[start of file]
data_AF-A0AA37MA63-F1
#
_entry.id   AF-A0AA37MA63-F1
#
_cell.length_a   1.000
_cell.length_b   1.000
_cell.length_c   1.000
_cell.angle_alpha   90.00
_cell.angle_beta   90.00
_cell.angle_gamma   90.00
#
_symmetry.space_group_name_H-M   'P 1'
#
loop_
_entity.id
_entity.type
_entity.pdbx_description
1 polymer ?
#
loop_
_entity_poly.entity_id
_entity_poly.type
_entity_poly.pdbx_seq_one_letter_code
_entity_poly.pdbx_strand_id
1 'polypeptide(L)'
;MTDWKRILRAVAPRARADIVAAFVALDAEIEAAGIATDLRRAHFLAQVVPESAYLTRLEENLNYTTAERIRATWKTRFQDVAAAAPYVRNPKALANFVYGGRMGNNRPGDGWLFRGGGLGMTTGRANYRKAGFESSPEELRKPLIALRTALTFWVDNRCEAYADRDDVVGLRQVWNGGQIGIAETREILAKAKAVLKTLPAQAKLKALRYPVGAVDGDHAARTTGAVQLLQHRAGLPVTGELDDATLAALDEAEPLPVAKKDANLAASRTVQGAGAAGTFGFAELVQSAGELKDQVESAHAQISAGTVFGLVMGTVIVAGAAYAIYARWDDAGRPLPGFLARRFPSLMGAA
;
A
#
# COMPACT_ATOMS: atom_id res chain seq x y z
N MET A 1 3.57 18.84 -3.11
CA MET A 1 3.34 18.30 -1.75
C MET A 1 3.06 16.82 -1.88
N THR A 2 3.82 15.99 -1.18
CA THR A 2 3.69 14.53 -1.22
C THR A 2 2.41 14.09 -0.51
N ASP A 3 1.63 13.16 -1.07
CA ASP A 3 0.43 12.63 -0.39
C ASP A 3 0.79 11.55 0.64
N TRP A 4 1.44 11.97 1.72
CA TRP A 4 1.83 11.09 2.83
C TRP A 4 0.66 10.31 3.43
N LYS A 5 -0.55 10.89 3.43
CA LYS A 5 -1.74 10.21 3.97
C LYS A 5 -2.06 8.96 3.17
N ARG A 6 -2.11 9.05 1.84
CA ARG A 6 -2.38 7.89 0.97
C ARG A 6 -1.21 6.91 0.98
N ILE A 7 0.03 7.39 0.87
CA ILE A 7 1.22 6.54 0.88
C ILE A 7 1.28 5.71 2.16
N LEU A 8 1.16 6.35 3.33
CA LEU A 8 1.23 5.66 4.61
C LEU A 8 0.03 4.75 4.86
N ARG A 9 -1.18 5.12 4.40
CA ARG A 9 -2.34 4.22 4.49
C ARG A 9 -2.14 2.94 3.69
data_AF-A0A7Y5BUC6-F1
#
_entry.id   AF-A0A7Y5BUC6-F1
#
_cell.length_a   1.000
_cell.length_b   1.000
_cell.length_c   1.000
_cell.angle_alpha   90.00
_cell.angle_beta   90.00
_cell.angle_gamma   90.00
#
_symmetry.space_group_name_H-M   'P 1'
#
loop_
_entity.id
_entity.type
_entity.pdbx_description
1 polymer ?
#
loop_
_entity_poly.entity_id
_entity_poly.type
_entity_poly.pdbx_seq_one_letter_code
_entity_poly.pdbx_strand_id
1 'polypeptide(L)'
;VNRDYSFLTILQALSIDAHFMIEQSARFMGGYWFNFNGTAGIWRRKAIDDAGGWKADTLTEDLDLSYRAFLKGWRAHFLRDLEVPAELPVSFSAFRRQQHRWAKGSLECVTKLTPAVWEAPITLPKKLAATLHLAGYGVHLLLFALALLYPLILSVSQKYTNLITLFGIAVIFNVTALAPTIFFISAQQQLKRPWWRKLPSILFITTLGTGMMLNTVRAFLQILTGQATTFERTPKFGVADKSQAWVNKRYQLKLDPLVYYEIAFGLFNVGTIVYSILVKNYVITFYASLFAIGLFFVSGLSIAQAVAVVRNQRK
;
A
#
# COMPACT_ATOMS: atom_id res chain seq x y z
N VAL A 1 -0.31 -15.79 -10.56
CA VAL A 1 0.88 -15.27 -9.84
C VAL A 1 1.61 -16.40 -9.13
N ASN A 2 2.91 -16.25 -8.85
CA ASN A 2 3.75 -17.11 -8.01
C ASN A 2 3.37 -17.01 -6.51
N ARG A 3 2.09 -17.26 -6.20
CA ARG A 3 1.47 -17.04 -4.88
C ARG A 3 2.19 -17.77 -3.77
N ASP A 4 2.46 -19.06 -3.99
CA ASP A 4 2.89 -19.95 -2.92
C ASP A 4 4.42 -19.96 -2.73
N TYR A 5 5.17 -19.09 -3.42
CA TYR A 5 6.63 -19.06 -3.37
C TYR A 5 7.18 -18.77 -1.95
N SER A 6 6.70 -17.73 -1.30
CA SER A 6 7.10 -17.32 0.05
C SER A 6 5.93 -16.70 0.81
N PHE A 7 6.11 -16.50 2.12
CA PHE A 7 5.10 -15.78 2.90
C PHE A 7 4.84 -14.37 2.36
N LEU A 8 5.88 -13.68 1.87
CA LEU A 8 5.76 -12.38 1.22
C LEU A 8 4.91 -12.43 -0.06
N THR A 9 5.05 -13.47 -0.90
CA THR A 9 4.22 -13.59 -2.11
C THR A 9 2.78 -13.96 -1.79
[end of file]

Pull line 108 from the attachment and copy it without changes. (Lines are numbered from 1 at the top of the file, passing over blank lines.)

C PHE A 7 4.84 -14.37 2.36